Language, voice, gesture, rhythm, timing, timbre, style, anything that performs an idea by rhetorical reference or as mimetic embodiment, is, by the same accounting, both superfluous and misleading. To be sure, these elements of performance must be part of an entertainer’s repertoire—where the aesthetic is supposed to transcend the rational—but they should not disfigure the speech of the politician and thus cloud the thinking of his constituency. Theater and politics cannot mix; when they do, the republic is at risk, because everything has become artificial, and nothing can be authentic: everyone is playing a role rather than speaking the truth that comes from within.
In other words, if we are not looking through the candidates, to where we can read their credentials and the programs, but are instead looking at the candidates, we have become dysfunctional citizens—we might as well be reading People Magazine. In Rick Shenkman’s terms, we have become consumers of celebrity, and we are therefore unfit to participate in elections. If we do somehow extricate ourselves from the mall and get around to casting our votes, we must take our cue from those products of Enlightenment (like Rick) who have studied the credentials and the programs more carefully than we have—that is, we must take our cue from the educated people who are able to see through the distracting accretions of language, voice, gesture, rhythm, timing, timbre, and style. Otherwise the personal becomes political, and vice versa.
I’m not making this up—see Rick’s piece and responses at HNN, 12/17-24/07: “I do not think that voters who think of themselves as consumers can handle the responsibilities of citizenship,” he declares: “voters have proven time and again that they cannot fulfill their responsibilities on their own. . . .They need to take their cue from people who have 1. studied the issues and 2. can tell them which candidates will best look after their interests.” This was of course the line that Lenin took in 1903, in What is to be Done?, quite possibly the last but certainly the purest instance of the Enlightenment project.
But is it still so pervasive? In a word, yes.
And so we have the Trailhead blogger from Slate saying that if you actually stop and listen to Obama’s stump speech, you know that it is “aggressively vapid” (posted 1/6/08). The same righteous blogger is meanwhile worrying that there is a messianic urge gathering in Obama’s youthful constituency—these youngsters can’t even explain themselves! More important, we have Sean Wilentz, in an audition for the White House role first played by Arthur Schlesinger, Jr., saying something sadly similar in The New Republic of 12/20/07, now cross-posted at HNN.
Here are some excerpts from Sean’s heartfelt complaint. Sometimes “normally balanced people get swept up by delusions of greatness about a presidential candidate, based on an emotional attachment to the candidate’s oratory or image.” This is the “delusional style” on the part of the electorate—William Jennings Bryan serves as a strong example of a firebrand who won the nomination with oratory but went down to ignominious defeat at the hands of a seasoned politician.
The “delusional style”—Sean is clearly making a rhetorical gesture toward Richard Hofstadter’s notion of a “paranoid style,” and asking us to use it in assessing his own argument—becomes pernicious when the products of Enlightenment fall for the same theatrical antics that sway the uneducated masses: “But editorialists and pundits are supposed to be skeptical experts, who at least try to appear as if they base their perceptions in facts and reality. Enthusiasm [there’s that code word] for a candidate because of his or her ‘intuitive sense of the world,’ ‘intuitive understanding,’ and ‘discovery of identity’—the favored terms in some recent press endorsements of Barack Obama—is presented as the product of such discerning, well-considered thinking. But it is in fact nothing more than enthusiasm, based on feelings and projections that are unattached to verifiable rational explanation or the public record.”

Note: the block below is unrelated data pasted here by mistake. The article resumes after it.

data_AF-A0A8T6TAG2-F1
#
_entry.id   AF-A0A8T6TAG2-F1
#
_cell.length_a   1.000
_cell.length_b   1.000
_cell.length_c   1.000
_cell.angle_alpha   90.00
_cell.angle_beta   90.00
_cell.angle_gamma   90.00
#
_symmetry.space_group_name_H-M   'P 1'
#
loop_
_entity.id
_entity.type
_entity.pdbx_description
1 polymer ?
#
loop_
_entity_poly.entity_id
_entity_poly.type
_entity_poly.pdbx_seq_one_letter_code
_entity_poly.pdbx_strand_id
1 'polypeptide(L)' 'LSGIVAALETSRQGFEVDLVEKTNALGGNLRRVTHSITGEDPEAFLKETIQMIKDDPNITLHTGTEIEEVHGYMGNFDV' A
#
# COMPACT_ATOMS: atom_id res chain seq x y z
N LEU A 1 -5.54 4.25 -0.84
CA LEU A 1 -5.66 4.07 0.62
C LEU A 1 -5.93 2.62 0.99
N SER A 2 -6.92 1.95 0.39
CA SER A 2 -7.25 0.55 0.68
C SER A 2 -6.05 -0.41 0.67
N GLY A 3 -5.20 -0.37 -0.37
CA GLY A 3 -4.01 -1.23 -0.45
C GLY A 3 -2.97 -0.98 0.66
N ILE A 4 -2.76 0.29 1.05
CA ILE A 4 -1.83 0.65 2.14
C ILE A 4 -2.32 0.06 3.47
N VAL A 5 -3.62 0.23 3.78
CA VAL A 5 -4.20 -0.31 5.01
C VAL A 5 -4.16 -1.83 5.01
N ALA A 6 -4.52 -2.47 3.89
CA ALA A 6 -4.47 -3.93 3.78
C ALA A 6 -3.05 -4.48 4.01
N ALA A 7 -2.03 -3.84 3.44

Whew. Instead of examining “knowledge, experience, and sound policy proposals,” the pundits have decided that “instincts basically are good enough.” In this dangerous sense, these journalists “have turned the delusional style into a rallying cry—in support, at least for the moment, of the candidacy of Barack Obama and his allegedly superior intuition.”
I take it that the “delusional style” applies only to the supporters of Obama—the other candidates, certainly the heiress apparent, are presumably not subject to Sean’s rationalist strictures, and neither are their supporters. But let us assume, at least for the moment, that the programmatic differences between Hillary and Barack are matters of emphasis and detail: on health care, the economy, and the extrication of troops from Iraq, there are quibbles rather than principled disagreements (although I would suggest that Clinton is closer to McCain than to Obama on the matter of permanent bases in Iraq).
What’s left? If we look through these candidates, to where we can read their credentials and the programs, we don’t find a real choice—unless, of course, we take “experience” to mean continuity with, or a return to, the salad days of the 1990s, when we already had a black president in the shape of Hillary’s husband. In that case, however, we are folding her identity into his, a rhetorical move that should make her supporters cringe. Or unless we take “experience” to mean the horse-trading she perfected as the Senator of upstate New York, in a reprise of the role originated by Alphonse D’Amato.
Why not, then, look at these candidates? By doing so, we might be able to disarm the Enlightenment project that insists on an either/or choice between style and substance, between “emotional attachment” and “rational explanation,” between “enthusiasm” and “knowledge,” between “instincts” and “sound policy proposals.” We might be able, as a result, to understand how irrational every commitment—every vote—is, and why that’s a good thing for modern, democratic politics. (A footnote in the form of a question that proves the personal must be political, and vice versa: why do we want to interview people rather than hire them on the basis of their resumes?)